The Whistlers doesn’t hook viewers the way you might expect. It feels cold and distant when it should be sucking you deeper into its central mystery.

 

Genre fans might find enough to keep them occupied, but I was left wanting and waiting for more.

 

A Deadly Legend (Gravitas Ventures, 97 minutes, Unrated, Video-on-Demand): Despite its clunky title and its Love Boat-sized raft of former A-list cameos (Corbin Bernsen, Judd Hirsch and Lori Petty), A Deadly Legend still had potential to be an unexpected delight, that proverbial needle in a stack of needles that screams, “Watch me! I’m so bad I’m good.”

 

But this C-grade mishmash of supernatural hokum launches out of the gate with the most generic of all ghost story tropes, the creepy girl in white on the side of the road, and never looks back.

 

In fact, creepy girl appears so often, so early on – in court, in the local Chachkies store – that you can’t help but chuckle.

 

Before long, Hirsch is dead and Petty is doing her ‘Lori Petty’ thing like she just walked onto the set of Tank Girl. There are seances that go poorly, a killer lake that claims victims and a lot of hullabaloo about immortality and mystical gate portals.

 

I honestly just fast-forwarded to the climax just because I couldn’t help myself and was rewarded with a cosmic battle between druids in heavy robes and red-eyed possessed demon people. None of it made much sense, but at least I can report that if you stick with A Deadly Legend long enough, you just might feel as if you discovered something the rest of the world was unwilling to see.

 

Not to be Overlooked:

 

Circus of the Dead (Epic Pictures/Dread, 102 minutes, Unrated, Video-on-Demand): For years, I allowed my natural aversion to clown horror to color my viewing choices.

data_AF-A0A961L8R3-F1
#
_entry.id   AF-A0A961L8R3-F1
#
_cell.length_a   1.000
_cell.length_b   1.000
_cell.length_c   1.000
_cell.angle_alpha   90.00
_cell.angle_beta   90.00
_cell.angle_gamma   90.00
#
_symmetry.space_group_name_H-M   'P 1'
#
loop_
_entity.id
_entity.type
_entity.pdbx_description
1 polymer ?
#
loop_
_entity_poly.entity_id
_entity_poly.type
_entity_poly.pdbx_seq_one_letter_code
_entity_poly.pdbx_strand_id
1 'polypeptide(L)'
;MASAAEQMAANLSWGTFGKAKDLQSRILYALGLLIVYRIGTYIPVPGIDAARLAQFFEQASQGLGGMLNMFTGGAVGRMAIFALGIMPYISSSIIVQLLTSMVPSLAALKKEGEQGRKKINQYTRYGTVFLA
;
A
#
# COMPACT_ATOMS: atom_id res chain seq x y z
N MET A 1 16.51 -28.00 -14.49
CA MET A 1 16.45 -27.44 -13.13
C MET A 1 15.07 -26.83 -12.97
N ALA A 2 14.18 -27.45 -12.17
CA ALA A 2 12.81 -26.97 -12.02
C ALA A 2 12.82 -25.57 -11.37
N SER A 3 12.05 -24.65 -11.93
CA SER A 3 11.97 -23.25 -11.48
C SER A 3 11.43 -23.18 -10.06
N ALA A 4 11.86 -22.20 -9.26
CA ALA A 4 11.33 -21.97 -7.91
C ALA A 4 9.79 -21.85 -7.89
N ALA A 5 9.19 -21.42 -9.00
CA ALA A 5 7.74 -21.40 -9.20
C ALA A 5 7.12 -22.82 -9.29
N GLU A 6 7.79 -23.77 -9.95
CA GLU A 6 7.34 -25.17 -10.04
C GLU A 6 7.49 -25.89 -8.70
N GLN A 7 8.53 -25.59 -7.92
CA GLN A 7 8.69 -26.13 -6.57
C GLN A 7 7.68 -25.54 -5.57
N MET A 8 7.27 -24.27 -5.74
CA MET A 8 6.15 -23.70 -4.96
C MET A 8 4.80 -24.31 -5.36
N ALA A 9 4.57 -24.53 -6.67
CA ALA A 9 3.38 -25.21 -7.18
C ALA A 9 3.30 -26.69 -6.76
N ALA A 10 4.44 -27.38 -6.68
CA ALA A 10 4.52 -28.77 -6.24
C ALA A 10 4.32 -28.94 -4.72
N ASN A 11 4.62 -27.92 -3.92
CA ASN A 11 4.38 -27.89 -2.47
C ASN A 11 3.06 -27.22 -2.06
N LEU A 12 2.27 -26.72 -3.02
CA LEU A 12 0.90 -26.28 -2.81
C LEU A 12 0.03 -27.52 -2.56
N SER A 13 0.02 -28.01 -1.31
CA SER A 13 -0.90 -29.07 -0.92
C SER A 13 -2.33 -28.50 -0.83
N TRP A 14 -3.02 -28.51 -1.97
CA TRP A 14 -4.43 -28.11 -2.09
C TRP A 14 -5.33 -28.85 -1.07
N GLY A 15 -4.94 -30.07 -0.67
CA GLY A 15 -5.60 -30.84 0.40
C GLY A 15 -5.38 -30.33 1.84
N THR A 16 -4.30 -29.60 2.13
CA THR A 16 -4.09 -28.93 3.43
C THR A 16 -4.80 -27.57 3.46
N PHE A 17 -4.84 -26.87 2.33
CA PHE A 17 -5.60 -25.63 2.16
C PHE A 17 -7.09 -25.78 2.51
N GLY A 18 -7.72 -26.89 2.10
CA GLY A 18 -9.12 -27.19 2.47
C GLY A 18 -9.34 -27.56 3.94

But then, something surprising happened – a slew of truly scary, creatively ambitious genre flicks about clowns started hitting the home media market.

 

From Terrifier to Gags the Clown, Wrinkles the Clown to 8-Ball Clown, hell, even Joker, it was clear to me that I had misjudged the clown horror subgenre.

 

Sadly, I cannot report here that Circus of the Dead deserves to be mentioned in the same breath as those previously released gold-star titles.

 

Circus of the Dead isn’t a bad movie, per se. And for many horror fans, the film’s sheer brutality will be more than enough to fuel solid word of mouth.

 

And maybe that’s why it turned me off.

 

Circus of the Dead is mean-spirited to its core, but in a way that makes you constantly stop and question how this ragtag band of greasepaint hooligans keeps getting away with literal murder. In broad daylight. Or at a heavily trafficked convenience store.

 

Hell, the clowns live in the clown car equivalent of the Tardis. Their tow-along cavernous trailer/dressing room has hidden kill rooms and is adorned with human body parts turned into bizarre art projects.

 

Don’t those smell, I found myself wondering.

 

Doesn’t anyone else from the circus ever enter the clown’s personal space? How in the hell wouldn’t somebody hear a victim screaming or smell a decapitated limb that’s rotting on the floor?

 

Circus of the Dead is not a movie about limits. It’s a drive-in-ready slice of nihilistic carnage that prominently features the lead clown, Papa Corn, skull-fucking a severed head.

 

And how you feel about that last sentence pretty much tells you whether Circus of the Dead will be a ‘Hell Yes’ or a hard pass.